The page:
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Singer opposes measures to disconnect illegal ISP file share

Singer opposes measures to disconnect illegal ISP file share

The famous UK singer songwriter and board member of the Featured Artists Coalition (FAC), Billy Bragg, has come out strongly against new proposals in the recent Digital Economy Bill, which threaten to disconnect illegal p2p music file sharers from their broadband ISPs.

Concerns over hefty ISP costs, the impact upon public and office networks (i.e. public Wi-Fi Hotspots being closed due to anonymous users abusing them for illegal downloads), unreliable source evidence, an ineffective appeals process and the criminalisation of a generation are just some of the wider fears.

The PC Pro magazine quotes Bragg:

"The industry's going to cut off potential fans for listening to music and sharing it around, and that's not going to help artists; we're in danger of persecuting people for listening to records. We need copyright to move from being about permission to being about remuneration. I think the industry needs to understand that this is not about piracy, it's about promotion.

We want the weight of law coming down on people who are selling our music illegally, not people who want to listen to a new song. People want a specific Pixies track that's not on an album, you can't even buy it - and it's mad, this is mad to me - the only way to get it, is to download the entire Pixies back catalogue on Bit Torrent, get the track you want and throw the rest away. That's the problem with streaming, it's still an attempt to control distribution, and that model is dead."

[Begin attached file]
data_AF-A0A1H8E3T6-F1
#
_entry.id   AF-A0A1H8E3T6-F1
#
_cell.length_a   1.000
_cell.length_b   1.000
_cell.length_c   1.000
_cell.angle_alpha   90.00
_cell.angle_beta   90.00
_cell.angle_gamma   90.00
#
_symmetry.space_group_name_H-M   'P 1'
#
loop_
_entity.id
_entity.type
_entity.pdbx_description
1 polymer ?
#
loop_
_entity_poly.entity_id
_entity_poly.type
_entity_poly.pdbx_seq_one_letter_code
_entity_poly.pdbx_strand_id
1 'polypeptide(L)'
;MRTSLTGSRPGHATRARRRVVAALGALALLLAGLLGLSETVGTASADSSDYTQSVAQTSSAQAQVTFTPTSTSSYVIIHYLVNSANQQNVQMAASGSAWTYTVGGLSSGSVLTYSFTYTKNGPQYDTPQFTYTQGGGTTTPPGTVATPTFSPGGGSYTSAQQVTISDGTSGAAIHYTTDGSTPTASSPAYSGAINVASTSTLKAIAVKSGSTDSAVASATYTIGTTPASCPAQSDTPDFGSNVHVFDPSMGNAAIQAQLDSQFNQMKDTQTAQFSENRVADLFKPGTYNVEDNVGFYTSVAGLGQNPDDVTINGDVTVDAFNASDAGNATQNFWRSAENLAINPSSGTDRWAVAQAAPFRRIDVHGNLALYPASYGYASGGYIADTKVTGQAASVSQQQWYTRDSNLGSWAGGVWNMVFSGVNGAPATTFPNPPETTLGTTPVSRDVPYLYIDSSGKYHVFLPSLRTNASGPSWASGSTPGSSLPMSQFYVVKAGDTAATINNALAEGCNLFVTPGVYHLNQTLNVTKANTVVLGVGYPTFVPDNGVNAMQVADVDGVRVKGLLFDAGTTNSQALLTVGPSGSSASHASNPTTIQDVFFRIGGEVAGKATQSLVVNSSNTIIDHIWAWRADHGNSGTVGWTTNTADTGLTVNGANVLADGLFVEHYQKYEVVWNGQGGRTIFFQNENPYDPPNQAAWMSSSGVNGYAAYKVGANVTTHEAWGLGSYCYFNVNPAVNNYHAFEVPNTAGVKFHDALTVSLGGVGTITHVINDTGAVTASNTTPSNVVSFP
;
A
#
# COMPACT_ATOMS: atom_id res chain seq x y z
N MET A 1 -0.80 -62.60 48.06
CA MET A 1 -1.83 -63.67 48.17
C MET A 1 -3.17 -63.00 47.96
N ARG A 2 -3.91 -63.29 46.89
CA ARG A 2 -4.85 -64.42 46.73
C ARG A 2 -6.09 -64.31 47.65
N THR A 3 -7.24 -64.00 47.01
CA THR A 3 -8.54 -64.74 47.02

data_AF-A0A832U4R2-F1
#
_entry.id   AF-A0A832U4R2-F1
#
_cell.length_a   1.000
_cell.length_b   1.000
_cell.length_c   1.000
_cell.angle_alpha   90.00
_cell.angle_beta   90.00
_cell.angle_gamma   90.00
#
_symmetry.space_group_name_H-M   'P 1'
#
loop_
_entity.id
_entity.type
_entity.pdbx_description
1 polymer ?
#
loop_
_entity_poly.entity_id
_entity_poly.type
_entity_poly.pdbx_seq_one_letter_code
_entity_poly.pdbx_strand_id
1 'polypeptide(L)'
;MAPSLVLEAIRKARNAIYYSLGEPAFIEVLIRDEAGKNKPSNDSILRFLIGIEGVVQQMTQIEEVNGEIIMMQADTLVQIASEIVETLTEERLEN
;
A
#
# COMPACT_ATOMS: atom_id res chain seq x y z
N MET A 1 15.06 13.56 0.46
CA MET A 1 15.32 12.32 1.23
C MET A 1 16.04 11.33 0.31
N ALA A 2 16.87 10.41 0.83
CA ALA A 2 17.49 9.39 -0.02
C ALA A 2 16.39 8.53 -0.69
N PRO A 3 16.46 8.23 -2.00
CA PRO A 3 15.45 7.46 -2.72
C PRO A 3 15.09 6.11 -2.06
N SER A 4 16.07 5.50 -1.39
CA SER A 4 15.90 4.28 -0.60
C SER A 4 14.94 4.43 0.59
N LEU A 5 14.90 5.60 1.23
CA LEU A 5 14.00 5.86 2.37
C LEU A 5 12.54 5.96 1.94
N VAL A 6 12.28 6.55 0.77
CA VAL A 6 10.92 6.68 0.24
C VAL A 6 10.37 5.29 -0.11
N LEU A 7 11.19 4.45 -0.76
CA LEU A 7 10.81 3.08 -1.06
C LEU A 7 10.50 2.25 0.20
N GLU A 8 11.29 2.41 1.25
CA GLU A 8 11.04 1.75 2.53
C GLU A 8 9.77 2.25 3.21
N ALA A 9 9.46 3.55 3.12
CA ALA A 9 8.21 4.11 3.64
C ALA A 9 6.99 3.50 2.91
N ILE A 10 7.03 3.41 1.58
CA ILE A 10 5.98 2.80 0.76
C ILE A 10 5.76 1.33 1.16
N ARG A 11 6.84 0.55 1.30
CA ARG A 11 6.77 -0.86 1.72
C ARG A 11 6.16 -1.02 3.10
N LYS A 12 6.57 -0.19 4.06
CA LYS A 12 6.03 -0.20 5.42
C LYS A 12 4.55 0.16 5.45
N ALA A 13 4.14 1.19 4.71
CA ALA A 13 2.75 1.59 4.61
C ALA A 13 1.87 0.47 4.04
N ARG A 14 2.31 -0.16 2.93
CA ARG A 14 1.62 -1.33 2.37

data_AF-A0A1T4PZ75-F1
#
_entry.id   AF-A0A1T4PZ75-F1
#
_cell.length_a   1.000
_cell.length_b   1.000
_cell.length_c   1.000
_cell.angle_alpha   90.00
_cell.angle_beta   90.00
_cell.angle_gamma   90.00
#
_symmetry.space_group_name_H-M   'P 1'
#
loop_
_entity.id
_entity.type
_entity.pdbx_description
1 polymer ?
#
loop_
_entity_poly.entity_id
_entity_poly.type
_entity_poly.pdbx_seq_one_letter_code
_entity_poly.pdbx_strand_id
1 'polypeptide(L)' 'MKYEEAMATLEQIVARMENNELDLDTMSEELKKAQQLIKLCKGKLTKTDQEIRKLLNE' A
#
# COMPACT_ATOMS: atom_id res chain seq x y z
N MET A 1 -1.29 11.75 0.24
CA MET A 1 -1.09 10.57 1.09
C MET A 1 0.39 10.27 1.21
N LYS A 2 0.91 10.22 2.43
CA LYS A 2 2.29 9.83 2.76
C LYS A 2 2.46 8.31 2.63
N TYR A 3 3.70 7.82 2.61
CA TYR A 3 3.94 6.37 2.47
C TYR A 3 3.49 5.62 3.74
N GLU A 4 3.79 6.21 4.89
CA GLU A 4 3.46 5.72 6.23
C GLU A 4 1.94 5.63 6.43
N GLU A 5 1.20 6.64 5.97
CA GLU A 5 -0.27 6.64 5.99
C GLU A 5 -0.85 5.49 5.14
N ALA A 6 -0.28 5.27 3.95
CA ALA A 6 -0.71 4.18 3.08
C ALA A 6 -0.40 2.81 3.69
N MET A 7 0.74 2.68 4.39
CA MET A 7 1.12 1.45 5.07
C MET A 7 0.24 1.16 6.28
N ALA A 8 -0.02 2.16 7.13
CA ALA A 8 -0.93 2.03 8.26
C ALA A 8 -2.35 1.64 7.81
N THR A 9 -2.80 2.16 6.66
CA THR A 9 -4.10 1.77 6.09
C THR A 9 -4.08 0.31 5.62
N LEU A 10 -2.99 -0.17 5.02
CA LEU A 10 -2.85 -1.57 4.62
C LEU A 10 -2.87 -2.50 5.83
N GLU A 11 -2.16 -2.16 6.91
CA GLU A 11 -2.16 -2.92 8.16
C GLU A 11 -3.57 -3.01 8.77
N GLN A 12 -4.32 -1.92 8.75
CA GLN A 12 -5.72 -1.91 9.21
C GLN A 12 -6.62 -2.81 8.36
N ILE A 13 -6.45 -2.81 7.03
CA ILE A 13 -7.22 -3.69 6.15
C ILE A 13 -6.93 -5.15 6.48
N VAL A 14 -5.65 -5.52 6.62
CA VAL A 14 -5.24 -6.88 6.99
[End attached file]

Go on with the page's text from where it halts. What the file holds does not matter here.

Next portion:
Thankfully FREE streaming services like Spotify make it easy to find the track you want and thus the whole buying process more flexible, though many still balk at being asked to stump up 69p for a new track that only lasts for around 3 minutes. Some prices do go down, digital distribution is improving, but others stay high for far too long.

However the UK music industry at least seems to be doing pretty well and perhaps more attention should be given to developing new economic and distribution channels for movies, games and computer software in general. Not everybody wants to visit the cinema to view a new film release; most modern HD home solutions can now offer a better experience.

Meanwhile ISPs will be mandated to start sending out warning letters from April next year and if piracy has not reduced by 70% after 12 months of that then expect the controversial disconnections policy and other technical measures (speed reductions, blocked p2p sites etc.) to follow.


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